Hospitality is what we call our industry, it’s the art that we practice, it’s the reason why we follow a career in service to others. While it is all of these things, it can still be very difficult to explain if you are not in the middle of it on a daily basis. How do we practice it, how do we teach it, and how do we communicate it in order to have the maximum impact on those around us? Ultimately, how are we using the principles and concepts of Hospitality to help our business units to be successful? And do you have to be a five-star property in order to foster a culture of Hospitality?
Hyatt has gone out to the owners of its hotels and let them know that it plans to launch “’an aggressive sales & marketing plan’ to drive more direct bookings...”. As so many are now doing, Hyatt is looking to reduce its dependence on the OTA’s and their associated cost model by pushing more customers to book direct. What’s wrong with this picture? The painting of the OTA’s as an ‘adversary’ is not only unwise, it is actually also unfair.
As hospitality professionals, we spend a significant amount of time and money on the training and direction of our teams to provide guests with the finest in service and hospitality. Our goal is to keep our guests happy & satisfied so that they will return to us, continue to give us their business and sing our praises to their family & friends. Imagine the disconnect that occurs when our actions convey the exact opposite sentiment to our customers, flying in the face of the most basic principles of hospitality and business development. Everyone in every industry knows that good service, good value, and good product improve one’s chances of growing one’s business. So why are we sabotaging ourselves?
There is probably not a day that goes by that someone in a managerial capacity at your properties isn’t talking about strategy for the coming year; what is our plan, who is going to create it, who is going to implement it, etc., etc. While all of these conversations are highly important, none of them really make a difference if the strategic plan that we ultimately create is not dynamic, measurable, and executable. Even if we can achieve these three points, the question remains, how will we know if our ‘strategy’ has truly been successful?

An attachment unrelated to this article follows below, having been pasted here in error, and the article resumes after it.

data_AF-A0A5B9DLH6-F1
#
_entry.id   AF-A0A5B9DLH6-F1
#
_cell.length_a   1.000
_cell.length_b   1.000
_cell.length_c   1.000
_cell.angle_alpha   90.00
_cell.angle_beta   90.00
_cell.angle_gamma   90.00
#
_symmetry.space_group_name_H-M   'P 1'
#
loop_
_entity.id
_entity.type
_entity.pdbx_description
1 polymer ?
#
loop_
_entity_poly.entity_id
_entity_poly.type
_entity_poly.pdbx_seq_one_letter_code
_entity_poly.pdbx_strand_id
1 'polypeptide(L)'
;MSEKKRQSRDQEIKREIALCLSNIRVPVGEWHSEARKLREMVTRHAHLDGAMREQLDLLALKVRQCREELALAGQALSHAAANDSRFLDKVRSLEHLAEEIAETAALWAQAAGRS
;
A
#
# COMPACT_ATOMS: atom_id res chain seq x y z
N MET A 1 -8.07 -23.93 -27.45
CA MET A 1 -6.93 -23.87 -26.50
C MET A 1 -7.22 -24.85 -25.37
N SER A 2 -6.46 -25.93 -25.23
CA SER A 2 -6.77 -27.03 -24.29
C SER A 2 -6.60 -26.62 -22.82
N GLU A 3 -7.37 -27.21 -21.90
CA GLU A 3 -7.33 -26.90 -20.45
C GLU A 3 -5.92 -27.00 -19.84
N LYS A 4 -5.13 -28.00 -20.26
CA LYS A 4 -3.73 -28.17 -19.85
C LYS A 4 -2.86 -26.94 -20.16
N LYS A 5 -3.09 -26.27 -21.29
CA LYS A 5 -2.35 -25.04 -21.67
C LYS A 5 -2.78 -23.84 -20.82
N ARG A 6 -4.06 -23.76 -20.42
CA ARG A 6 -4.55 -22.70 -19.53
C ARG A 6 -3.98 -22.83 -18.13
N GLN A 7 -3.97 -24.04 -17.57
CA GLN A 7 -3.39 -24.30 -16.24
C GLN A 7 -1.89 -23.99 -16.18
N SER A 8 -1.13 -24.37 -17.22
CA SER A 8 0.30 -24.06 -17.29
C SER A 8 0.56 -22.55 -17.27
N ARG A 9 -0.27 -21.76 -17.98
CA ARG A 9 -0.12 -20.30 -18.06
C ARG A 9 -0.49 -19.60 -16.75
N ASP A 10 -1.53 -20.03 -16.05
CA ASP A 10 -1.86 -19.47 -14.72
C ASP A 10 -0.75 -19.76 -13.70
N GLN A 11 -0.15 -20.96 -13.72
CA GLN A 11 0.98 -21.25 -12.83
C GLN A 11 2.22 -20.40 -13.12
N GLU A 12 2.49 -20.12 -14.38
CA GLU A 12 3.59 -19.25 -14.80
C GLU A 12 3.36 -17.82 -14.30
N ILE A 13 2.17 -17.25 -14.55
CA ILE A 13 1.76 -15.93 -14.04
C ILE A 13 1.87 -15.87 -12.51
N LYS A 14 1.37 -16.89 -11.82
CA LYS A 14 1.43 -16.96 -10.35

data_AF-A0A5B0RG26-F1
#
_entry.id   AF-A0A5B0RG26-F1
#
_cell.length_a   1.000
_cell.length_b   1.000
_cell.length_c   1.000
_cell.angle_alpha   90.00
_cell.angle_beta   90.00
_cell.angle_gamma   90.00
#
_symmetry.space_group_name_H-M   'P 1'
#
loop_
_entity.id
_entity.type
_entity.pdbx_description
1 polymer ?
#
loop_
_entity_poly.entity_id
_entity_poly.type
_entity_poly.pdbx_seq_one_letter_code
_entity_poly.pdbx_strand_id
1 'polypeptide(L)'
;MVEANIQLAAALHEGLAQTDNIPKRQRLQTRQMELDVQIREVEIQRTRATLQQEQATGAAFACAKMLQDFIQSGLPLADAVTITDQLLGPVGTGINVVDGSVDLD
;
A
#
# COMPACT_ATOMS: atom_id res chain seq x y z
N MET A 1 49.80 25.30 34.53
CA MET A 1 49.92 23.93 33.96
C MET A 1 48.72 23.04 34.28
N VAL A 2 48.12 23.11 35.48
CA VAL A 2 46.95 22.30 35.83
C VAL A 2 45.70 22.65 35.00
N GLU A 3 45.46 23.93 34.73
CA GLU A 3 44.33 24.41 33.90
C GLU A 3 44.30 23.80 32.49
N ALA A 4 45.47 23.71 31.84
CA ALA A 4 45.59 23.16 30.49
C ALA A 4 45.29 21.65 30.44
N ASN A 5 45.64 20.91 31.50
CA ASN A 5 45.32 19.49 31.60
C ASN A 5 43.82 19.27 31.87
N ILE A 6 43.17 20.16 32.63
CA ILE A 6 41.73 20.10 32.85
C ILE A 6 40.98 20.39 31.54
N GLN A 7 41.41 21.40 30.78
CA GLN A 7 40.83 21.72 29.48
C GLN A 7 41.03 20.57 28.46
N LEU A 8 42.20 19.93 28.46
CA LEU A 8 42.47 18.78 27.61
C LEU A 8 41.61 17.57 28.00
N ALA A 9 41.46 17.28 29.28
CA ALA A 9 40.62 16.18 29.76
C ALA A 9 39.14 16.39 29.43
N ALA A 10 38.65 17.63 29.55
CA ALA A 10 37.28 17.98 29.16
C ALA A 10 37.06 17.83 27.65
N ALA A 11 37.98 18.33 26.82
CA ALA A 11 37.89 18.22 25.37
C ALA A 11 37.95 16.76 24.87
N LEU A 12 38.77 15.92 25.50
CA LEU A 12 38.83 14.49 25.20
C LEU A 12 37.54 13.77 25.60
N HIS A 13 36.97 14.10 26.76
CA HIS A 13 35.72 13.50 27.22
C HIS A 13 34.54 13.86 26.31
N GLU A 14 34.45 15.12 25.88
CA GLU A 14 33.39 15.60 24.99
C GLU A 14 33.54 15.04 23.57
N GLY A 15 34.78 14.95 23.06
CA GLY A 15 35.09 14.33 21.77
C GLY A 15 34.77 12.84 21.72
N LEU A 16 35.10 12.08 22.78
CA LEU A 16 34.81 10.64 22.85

The question “how do we define hospitality?” should not be rhetorical. Whether we are Cocktail Servers or CEO’s, Accountants or Asset Managers, each of us has signed up for the hospitality industry and therefore the definition of hospitality must mean something significant to us. While there is a baseline definition of hospitality across our industry, sometimes we can lose sight of an honest definition of the term, and most importantly what this means to our guests.
It’s difficult to believe, but the time for budget and marketing plan development for 2017 is upon us. Yes, it’s true, now is the time when many of us are working on our plans for the coming year. As we go through this exercise, the challenge for all of us is to remain focused on the desired outcome. Do we all agree on what that outcome should be? Surprisingly, perhaps not.
As hospitality professionals, we spend a lot of time talking about the importance of such things as “value for price paid,” “rational pricing,” and “rate integrity.” However, because these are so common in our work, there is an inherent risk that we may inadvertently lose sight of what these phrases truly mean or worse, there is risk that we may lose sight of how to execute strategies that reflect these important principles.
In recent memory, perhaps the most overused and ‘under’-understood term in the world of hospitality is “disruption.” It is nearly impossible to read about our industry today without some reference to the impact of “disruption” or “disruptors” on our lives. But as we read and talk about this buzzword for our industry, a bit of perspective is important.